I also occasionally have to use an adapter on my vertical spool pins in order to use the larger Gutermann spools (1093 yds). My adapter is very fancy…just kidding…it’s the body of a basic Paper Mate pen. I just take off the tip and the ink and use the hollow pen. I simply slide it over the spool pin and then slide the spool of thread over it. It’s definitely not the recommended method, but it has always worked great for me 🙂 It adds a bit of stability for taller spools. It’s also a whole lot cheaper than official spool pin adapters.

A note on a popular machine. The Brother CS6000i (and CS7000i) is wonderful model. It’s a computerized machine, but has a vertical spool pin. If you have this machine, threading the top of the machine and the bobbin will be most like my video on vertical spool pins, while inserting the bobbin casing will look like the one shown in my video with horizontal spool pins. You can just skip to the appropriate chapters in each video.

HOW TO THREAD BROTHER COMPUTERIZED MACHINES WITH A HORIZONTAL SPOOL PIN:

HOW TO THREAD BROTHER MECHANICAL MACHINES WITH A VERTICAL SPOOL PIN:

How to Change a Sewing Machine Needle

When I was younger and had been sewing for just a few years, my sewing machine started acting funny and I thought for sure it was broken. Turns out, that wasn’t the case at all. The problem was I had been using the same needle the whole time I had been using the machine. My goodness, I was lucky it lasted as long as it did!

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Now that I have quite a bit more experience I realize how important your needle is, both the type of needle and its quality and condition.

When to change your needle?

There are many times and situations when changing your needle is a good idea. Here are a few examples.

  • Every 8 – 10 hours of sewing
  • Whenever your needle is bent or damaged
  • Whenever you need a specialty needle or specific size
    • Ball point / Stretch Needles (knits)
    • Denim Needles
    • Quilting Needles
    • Microtex Needles (vinyl)
    • Small Universal Sizes (8 -10) Lightweight fabrics
    • Medium Universal Sizes (11 – 14) Mid-weight fabrics
      • I usually use a size 12 when sewing cottons
    • Large Universal Sizes (16 – 18) Heavyweight fabrics
  • For every new project (or every few projects if they are small and/or lightweight)
  • After sewing heavy duty projects
  • When your machine is sewing with irregular stitches
  • When your machine has tension issues

Once you become familiar with how to change a needle it’s really quick and easy! And since you can usually find needles at very affordable prices it’s best to change your needle rather than use an old one, if you are in doubt.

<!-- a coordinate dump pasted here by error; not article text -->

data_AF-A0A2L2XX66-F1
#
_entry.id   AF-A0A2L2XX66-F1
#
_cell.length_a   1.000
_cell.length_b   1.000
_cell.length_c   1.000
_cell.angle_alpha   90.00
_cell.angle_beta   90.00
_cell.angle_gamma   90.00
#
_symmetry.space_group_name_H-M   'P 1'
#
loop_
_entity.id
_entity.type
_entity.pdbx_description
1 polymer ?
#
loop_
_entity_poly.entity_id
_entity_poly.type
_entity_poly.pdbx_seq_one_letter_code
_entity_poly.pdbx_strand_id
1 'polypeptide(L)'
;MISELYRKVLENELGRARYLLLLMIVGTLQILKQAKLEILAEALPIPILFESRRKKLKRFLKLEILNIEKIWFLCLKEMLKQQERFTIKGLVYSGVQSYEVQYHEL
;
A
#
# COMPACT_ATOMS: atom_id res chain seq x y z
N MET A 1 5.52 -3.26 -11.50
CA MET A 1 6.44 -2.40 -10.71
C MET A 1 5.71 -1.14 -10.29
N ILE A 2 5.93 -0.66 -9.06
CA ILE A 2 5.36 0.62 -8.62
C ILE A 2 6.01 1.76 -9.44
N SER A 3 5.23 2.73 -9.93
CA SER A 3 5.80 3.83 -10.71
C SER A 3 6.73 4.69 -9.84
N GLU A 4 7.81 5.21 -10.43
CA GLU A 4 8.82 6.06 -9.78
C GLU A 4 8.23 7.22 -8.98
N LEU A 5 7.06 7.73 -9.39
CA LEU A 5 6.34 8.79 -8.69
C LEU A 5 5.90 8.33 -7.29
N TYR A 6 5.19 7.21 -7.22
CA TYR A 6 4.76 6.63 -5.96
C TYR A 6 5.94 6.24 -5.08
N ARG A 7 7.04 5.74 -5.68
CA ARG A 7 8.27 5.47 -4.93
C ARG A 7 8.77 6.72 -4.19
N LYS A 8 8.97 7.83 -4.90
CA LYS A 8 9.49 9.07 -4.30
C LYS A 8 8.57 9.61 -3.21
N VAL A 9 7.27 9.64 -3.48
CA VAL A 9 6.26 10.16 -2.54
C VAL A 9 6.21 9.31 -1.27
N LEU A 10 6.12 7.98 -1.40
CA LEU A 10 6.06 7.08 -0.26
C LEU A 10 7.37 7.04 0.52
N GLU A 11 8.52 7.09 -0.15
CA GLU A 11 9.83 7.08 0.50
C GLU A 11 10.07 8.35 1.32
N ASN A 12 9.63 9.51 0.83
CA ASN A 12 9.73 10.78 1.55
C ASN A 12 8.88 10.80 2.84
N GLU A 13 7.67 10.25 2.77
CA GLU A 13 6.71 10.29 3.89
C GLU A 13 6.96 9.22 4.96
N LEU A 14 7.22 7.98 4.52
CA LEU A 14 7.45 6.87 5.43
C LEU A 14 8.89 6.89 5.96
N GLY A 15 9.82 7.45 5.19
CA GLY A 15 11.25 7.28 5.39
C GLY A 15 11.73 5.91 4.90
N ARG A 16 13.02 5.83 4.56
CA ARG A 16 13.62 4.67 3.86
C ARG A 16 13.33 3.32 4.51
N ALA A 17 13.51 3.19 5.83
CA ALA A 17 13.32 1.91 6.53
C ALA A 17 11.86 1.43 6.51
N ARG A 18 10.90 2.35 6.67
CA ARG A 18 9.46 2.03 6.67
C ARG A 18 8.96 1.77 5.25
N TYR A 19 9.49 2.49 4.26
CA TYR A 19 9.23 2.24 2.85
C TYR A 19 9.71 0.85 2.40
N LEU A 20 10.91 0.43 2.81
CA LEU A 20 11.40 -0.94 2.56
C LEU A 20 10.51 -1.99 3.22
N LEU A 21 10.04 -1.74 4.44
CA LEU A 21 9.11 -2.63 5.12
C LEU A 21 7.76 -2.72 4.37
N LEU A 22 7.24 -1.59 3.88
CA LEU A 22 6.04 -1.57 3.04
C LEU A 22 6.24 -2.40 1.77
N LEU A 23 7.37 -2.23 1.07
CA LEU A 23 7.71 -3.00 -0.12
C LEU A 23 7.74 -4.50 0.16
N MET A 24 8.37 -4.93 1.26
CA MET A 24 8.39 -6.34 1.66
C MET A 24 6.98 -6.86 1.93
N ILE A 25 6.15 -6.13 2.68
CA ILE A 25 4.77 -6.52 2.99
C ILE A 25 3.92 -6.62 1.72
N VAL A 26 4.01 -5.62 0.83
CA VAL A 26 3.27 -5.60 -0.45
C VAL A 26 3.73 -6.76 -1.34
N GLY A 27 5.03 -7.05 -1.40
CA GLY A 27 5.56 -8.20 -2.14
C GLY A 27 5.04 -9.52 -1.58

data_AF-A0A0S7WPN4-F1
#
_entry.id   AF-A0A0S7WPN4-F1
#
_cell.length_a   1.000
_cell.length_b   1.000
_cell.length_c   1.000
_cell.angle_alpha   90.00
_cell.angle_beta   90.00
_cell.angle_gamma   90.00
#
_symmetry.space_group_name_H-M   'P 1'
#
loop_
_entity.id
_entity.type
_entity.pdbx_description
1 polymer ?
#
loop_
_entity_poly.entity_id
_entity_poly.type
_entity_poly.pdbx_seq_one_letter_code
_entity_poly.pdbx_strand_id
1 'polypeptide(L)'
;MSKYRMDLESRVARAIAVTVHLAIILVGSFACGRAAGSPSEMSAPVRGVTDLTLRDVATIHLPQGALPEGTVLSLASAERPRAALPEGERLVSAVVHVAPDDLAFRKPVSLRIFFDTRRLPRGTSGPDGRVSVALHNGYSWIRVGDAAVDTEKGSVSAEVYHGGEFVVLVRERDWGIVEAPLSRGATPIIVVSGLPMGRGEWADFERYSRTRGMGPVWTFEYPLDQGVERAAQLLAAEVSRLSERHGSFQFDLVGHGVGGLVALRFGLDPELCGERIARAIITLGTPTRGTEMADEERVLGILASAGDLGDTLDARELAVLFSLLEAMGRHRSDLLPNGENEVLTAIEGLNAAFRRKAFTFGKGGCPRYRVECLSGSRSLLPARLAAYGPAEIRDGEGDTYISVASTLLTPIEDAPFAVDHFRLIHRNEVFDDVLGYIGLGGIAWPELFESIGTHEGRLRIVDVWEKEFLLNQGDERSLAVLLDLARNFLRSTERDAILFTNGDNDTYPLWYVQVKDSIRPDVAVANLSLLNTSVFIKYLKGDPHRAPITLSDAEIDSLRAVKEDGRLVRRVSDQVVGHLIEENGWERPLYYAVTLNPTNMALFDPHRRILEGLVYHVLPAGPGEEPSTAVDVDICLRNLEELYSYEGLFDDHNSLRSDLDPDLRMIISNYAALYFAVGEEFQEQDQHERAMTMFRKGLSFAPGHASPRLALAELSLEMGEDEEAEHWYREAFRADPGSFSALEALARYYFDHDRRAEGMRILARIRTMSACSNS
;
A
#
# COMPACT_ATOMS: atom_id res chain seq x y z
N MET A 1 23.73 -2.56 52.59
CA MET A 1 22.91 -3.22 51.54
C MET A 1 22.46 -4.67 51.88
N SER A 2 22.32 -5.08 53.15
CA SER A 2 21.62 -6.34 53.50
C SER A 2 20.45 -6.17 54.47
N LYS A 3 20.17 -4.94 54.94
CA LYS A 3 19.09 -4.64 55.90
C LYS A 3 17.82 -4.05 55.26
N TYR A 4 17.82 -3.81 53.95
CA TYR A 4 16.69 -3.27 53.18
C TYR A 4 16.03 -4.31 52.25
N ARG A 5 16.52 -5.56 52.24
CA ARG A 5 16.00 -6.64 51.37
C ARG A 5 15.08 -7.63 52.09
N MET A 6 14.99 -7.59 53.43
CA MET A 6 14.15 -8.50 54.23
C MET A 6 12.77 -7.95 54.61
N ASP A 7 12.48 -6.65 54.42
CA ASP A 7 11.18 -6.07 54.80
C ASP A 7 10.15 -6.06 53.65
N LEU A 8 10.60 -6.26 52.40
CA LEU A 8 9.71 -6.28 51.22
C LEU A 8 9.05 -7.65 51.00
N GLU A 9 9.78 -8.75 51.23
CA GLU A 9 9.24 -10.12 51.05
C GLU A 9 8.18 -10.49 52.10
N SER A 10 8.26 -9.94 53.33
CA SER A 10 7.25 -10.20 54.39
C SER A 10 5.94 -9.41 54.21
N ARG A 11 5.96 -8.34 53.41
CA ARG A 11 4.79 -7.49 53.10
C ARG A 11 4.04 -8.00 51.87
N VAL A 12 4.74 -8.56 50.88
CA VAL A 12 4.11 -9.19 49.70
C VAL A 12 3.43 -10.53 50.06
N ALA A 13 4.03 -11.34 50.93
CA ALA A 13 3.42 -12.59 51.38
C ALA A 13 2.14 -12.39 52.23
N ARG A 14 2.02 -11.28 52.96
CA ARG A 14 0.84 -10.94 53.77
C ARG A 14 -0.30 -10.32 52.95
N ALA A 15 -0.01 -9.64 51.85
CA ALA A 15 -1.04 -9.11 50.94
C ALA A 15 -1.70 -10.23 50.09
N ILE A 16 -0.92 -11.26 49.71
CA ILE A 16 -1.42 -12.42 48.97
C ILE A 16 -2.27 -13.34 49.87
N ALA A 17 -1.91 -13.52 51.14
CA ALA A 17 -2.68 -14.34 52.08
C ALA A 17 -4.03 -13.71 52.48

I like to purchase needles frequently, so I always have them on hand. Here is my favorite place to buy needles for both regular point universal needles and ball point needles.

Video Instruction:

 

 

Learn to Sew: Lesson 3: Machine Stitching Practice

Using a sewing machine for the first time can be exciting, intimidating, and often frustrating.

With this lesson I hope to provide you with tips and instructions that will help you feel comfortable and confident as you begin to use your sewing machine.

Lesson Category:

  • Sewing Machine Basics

Lesson Topics:

  • Basic Machine Functions
    • A Brother Computerized Sewing Machine is used as the example
    • How to control the speed
    • Basic Stitches and Parts
  • Sewing Lines
  • Sewing Corners
  • Sewing Curves
  • Sewing with a Seam Allowance

It may seem strange, but the best way to start using the machine is to practice sewing on paper.

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This allows you to learn how to control your machine without having to deal with the complications that arise when using fabric and thread.

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We’ll learn how to sew corners and curves. We’ll also learn how to use a seam allowance.

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This lesson uses a Brother Computerized Sewing Machine for the example, but the principles can be applied to any machine. If you are using a different type of machine you may want to do some research or consult your manual to find your machine’s default needle position as well as how to use the seam allowance measurement guides so you can accurately read your needle plate.

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Stitching Practice Sheets:

Stitching Lines Practice by learncreatesew

Stitching Corners Practice by learncreatesew

Stitching Curves Practice by learncreatesew

Seam Allowance Practice by learncreatesew

Here is a Seam Allowance Measurement Guide for Brother Computerized Machines:

Brother Computerized Seam Allowance Guide by learncreatesew

Brother Computerized Seam Allowance Guide by learncreatesew.pdf

LESSON:

2 Layer Face Mask with Filter Pocket

I am constantly trying the think of new ways to improve face masks. I am going to be wearing these every day to work like many of you and I hope to create masks that are both comfortable and functional.